This year's free-agent market offers no bigger prize than outfielder Matt Holliday, and the Cards still very much hope to retain Holliday's services. When baseball's annual Winter Meetings convene on Monday morning in downtown Indianapolis, Holliday will be the main man in the Redbirds' sights.
In past years, the Cards have kept their stated aims a little less specific. Last year they wanted to add a closer, for example, and it only came out over time that Brian Fuentes was the primary target. This time around, it's no secret.
The Meetings won't necessarily be a success or failure based solely on whether Holliday re-signs before everyone heads home. For one thing, a deal may not be done with any team by the time the event wraps up on Dec. 10. But any other aims certainly rank second at best for St. Louis.
"I think a lot will be determined on where we are with potentially signing back Holliday," general manager John Mozeliak said. "But in terms of having a goal in mind, there's nothing [else] I think that is paramount from those four or five days."
There are other moves the Cardinals would like to make, and Indianapolis will provide the opportunity to get that business done.
Priority No. 2 must be the starting rotation, where two spots are in question. St. Louis is likely to look in-house for one starter, but that still leaves one spot to fill via free agency or trade. John Smoltz remains a possibility, but the Cardinals could look elsewhere as well.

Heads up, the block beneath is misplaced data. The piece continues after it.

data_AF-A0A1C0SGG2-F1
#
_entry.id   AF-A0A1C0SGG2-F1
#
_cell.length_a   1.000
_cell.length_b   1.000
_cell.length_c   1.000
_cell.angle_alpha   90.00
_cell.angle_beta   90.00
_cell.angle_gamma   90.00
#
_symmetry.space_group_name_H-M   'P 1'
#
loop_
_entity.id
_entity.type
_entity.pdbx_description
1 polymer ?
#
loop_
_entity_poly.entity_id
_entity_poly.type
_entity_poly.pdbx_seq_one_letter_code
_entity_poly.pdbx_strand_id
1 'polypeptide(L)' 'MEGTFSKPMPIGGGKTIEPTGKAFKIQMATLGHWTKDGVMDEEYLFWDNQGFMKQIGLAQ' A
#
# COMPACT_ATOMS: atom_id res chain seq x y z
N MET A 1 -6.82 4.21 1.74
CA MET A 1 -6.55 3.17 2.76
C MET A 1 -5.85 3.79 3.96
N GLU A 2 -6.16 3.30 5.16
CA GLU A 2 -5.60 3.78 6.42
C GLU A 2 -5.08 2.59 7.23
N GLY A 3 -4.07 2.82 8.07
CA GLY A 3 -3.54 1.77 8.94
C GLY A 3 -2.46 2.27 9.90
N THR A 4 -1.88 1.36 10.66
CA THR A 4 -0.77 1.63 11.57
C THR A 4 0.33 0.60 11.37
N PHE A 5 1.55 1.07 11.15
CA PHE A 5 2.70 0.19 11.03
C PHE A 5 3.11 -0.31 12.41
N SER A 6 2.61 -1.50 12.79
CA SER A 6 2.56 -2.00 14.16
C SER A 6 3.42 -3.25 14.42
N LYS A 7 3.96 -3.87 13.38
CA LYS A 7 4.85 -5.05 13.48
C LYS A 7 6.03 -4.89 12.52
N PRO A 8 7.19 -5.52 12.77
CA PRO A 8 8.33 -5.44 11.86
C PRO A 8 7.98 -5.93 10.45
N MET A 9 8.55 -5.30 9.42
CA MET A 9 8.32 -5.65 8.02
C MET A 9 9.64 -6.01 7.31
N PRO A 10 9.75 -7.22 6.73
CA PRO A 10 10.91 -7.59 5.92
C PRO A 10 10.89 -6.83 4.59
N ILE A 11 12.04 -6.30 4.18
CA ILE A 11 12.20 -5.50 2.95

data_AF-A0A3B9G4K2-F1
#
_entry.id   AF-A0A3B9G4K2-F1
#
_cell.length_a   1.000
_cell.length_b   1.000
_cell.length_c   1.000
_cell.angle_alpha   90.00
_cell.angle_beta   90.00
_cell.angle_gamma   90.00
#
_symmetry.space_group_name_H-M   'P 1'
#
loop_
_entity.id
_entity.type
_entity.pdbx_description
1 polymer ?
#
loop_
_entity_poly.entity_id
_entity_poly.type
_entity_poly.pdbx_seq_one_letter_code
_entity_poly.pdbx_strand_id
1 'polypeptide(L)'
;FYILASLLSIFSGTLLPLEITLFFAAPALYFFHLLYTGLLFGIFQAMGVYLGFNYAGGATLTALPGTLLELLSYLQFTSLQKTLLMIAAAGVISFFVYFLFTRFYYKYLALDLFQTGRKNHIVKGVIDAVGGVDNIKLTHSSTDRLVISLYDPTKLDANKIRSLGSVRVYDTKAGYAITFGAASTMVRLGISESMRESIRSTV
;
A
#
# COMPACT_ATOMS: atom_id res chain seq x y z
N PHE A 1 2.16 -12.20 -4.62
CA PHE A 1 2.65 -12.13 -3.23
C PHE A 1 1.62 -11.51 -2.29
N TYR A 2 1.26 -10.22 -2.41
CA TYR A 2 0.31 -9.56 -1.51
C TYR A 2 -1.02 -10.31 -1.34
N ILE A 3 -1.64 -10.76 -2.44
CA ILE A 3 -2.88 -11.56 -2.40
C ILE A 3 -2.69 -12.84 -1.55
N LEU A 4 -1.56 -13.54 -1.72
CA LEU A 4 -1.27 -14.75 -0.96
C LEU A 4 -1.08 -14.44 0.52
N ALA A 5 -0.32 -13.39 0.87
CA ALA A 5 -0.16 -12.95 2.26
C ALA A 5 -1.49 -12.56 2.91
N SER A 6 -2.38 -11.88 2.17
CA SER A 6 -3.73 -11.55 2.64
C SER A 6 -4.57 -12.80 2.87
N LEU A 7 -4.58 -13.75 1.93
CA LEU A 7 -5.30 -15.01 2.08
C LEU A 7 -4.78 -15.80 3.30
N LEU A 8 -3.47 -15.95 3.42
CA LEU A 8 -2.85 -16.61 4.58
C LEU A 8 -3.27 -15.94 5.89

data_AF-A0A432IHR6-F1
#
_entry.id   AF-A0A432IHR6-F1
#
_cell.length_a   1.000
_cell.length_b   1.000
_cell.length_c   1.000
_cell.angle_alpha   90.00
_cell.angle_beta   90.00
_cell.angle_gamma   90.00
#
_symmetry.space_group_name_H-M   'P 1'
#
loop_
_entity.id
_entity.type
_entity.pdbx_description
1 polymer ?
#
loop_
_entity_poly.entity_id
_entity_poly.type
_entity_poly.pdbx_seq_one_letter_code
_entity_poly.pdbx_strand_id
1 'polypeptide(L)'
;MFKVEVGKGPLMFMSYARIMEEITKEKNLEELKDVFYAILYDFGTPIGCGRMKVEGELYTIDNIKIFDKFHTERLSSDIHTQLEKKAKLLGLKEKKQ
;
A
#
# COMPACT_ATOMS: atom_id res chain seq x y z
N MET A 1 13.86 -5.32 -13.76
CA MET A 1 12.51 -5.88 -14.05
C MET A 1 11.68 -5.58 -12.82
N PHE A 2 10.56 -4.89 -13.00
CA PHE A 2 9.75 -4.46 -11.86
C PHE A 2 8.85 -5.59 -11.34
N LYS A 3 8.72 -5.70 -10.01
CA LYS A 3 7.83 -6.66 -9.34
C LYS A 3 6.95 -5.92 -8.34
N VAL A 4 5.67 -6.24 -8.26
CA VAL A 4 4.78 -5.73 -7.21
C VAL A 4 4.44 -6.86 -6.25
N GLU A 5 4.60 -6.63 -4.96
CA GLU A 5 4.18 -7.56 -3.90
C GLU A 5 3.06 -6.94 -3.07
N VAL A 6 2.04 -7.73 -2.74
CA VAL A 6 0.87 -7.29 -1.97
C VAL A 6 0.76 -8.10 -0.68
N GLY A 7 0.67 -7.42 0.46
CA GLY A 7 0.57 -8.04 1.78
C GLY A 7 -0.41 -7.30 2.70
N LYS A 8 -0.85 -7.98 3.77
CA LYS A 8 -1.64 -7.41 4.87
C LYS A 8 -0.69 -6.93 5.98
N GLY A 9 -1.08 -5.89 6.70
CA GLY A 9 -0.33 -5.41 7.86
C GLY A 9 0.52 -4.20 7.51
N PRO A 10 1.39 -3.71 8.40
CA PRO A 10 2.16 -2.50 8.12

And if Holliday walks, the Cards may also look to add a third baseman. David Freese is the favorite to hold that position, but that equation changes if Holliday is not a Cardinal. The offense has to get some help, and if it's not in the form of Holliday, it may come at third base.
But it all comes back to the main man, the player that the Cardinals gave up three promising prospects to acquire.
Mozeliak said the team has been in contact with Holliday's agent, Scott Boras. So he doesn't necessarily expect any acceleration of the negotiating process once he sits down again face-to-face with Boras.
"We've talked, and we know where things are in terms of that," Mozeliak said. "So I don't necessarily think we're going to benefit from it. But it might help their camp benefit."
What could happen, however, is a crystallization of the market for Holliday. With all 30 clubs in one place, Boras and his lieutenants will likely move much further down the negotiation road, getting more hard numbers from clubs. That would, if nothing else, give the Cardinals a much better idea of what exactly they're getting into.
"I don't think it will hurt," Mozeliak said. "With Matt, if the situation could have developed sooner, we would have been interested. But it was something where they wanted to take the time with the market. I suspect by the time you get deep into Winter Meetings, they should have a pretty good idea what it looks like."
Matthew Leach is a reporter for MLB.com. This story was not subject to the approval of Major League Baseball or its clubs.